MEIE881 Using Information Ethically Objectives: Using ...

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  • 1. MEIE881 Using Information Ethically
  • 2. Objectives: Using Information Ethically
    • Describe challenges of insuring the ethical use of IT
    • Describe normative theories of ethics
    • Identify four areas of information control (PAPA). What are they and why are they important?
    • Discuss why most managers ill-equipped to handle ethical issues in organizations
    • Discuss strategies managers can employ to insure that IT is handled ethically
    • Discuss the Sarbanes-Oxley (SOX) Act and its implications for managers
    • Discuss COBIT and its relationship to SOX
    • Define ITIL and Green Computing
    • Discuss matching IS security decisions & archetypes
  • 3. NORMATIVE THEORIES OF BUSINESS ETHICS
  • 4. Framework for Managers
    • Managers must assess initiatives from an ethical view.
    • Most managers are not trained in ethics, philosophy, and moral reasoning.
      • Difficult to determine or discuss social norms.
    • Three theories of business ethics are examined to develop and apply to particular challenges that they face (see Figure 8.2):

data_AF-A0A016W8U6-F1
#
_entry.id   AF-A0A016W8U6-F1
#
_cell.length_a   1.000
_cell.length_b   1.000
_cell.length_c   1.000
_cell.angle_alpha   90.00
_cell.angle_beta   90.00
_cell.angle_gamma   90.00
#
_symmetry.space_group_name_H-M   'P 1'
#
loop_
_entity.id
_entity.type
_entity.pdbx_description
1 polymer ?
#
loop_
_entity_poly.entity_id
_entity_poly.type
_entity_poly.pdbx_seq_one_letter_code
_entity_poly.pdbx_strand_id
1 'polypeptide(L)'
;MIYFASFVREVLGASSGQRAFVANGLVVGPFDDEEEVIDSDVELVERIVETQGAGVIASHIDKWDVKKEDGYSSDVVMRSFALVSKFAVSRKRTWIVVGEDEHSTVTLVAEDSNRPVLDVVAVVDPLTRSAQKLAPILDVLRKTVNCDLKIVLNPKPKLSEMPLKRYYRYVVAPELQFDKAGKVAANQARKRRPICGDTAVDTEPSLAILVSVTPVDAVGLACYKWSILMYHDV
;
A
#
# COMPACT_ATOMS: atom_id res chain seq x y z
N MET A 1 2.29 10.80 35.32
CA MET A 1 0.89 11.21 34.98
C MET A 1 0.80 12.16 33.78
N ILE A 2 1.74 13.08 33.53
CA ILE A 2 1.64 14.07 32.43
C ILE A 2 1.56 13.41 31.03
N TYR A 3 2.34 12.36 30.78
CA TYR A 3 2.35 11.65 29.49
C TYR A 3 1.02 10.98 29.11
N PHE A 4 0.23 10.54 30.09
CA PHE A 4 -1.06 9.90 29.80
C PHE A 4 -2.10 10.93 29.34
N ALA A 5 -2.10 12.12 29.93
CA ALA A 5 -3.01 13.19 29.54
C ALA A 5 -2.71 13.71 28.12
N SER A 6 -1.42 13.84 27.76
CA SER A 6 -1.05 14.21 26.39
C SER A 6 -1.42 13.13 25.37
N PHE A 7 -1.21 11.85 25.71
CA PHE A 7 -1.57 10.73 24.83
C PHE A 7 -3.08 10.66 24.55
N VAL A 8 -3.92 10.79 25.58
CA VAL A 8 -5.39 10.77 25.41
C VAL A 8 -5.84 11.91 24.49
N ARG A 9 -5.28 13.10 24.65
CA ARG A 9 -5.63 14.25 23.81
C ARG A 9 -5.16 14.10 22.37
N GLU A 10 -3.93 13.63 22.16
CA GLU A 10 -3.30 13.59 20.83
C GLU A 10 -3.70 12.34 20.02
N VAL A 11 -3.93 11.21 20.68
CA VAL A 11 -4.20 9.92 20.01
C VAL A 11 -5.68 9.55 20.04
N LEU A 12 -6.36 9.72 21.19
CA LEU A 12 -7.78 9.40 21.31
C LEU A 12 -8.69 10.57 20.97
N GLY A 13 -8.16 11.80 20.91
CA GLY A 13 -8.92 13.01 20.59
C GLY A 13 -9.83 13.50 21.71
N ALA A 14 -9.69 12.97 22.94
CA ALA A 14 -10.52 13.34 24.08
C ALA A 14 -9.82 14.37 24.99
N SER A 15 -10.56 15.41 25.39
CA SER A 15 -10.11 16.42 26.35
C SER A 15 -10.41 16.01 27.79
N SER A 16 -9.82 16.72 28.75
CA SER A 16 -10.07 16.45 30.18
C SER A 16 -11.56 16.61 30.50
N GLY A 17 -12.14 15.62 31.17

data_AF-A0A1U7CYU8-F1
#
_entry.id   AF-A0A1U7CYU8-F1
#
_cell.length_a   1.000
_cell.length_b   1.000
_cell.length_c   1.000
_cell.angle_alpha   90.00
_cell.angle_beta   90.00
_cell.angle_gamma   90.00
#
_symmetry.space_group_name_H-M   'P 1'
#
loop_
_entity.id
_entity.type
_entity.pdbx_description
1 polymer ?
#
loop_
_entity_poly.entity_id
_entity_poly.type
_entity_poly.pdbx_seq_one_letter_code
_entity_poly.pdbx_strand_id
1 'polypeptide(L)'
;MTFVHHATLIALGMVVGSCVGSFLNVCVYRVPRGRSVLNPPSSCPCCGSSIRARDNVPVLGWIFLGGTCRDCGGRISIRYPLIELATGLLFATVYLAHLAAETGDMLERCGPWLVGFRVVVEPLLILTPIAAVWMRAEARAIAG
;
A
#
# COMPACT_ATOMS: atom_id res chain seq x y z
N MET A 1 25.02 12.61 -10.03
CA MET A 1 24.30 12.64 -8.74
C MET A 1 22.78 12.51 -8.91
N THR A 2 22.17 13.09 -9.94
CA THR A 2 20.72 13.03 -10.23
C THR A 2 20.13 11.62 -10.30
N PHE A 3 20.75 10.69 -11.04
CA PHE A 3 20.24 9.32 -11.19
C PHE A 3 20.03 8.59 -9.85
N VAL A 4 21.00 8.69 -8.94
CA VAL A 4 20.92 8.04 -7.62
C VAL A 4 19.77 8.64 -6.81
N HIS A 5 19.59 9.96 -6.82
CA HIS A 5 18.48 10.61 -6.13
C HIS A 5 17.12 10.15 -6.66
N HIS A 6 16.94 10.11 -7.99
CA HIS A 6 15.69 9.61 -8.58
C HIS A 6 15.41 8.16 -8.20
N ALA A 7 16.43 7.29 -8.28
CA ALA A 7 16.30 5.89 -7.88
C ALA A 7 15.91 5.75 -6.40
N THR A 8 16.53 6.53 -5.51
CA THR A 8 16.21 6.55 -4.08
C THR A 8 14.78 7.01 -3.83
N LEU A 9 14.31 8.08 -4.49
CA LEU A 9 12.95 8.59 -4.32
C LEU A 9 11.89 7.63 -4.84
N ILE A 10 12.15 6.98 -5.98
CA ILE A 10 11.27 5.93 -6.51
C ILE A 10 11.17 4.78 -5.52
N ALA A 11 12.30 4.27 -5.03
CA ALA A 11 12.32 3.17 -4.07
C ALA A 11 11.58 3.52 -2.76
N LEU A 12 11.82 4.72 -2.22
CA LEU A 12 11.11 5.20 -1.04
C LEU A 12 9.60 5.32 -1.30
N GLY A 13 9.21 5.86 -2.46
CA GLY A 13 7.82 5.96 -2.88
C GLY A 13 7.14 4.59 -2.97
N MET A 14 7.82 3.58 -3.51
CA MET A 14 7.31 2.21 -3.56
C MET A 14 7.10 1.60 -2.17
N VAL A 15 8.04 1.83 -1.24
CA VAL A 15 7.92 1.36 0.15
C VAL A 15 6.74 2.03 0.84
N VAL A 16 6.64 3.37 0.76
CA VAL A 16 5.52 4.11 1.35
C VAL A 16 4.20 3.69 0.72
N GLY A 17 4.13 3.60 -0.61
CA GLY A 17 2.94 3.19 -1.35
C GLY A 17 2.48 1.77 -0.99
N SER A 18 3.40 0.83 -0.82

• Stockholder theory
      • Stakeholder theory
      • Social contract theory
  • 5. Stockholder Theory
    • Stockholders advance capital to corporate managers who act as agents in advancing their ends.
    • Managers are bound to the interests of the shareholders (maximize shareholder value).
    • Manager’s duties:
      • Bound to employ legal, non-fraudulent means.
      • Must take long view of shareholder interest.
  • 6. Stakeholder Theory
    • Managers are entrusted with a fiduciary responsibility to all those who hold a stake in or a claim on the firm.
    • Stakeholders are –
      • Any group that vitally affects the corp. survival and success.
      • Any group whose interests the corp. vitally affects.
    • Management must enact and follow policies that balance the rights of all stakeholders without impinging upon the rights of any one particular stakeholder.
  • 7. Social Contract Theory
    • Consider the needs of a society with no corporations or other complex business arrangements.
    • What conditions would have to be met for the members of a society to agree to allow a corporation to be formed?
    • Corporations are expected to create more value to society that it consumes.
    • Social contract:
      • 1. Social welfare – corporations must produce greater benefits than their associated costs.
      • 2. Justice – corporations must pursue profits legally, without fraud or deception, and avoid actions that harm society.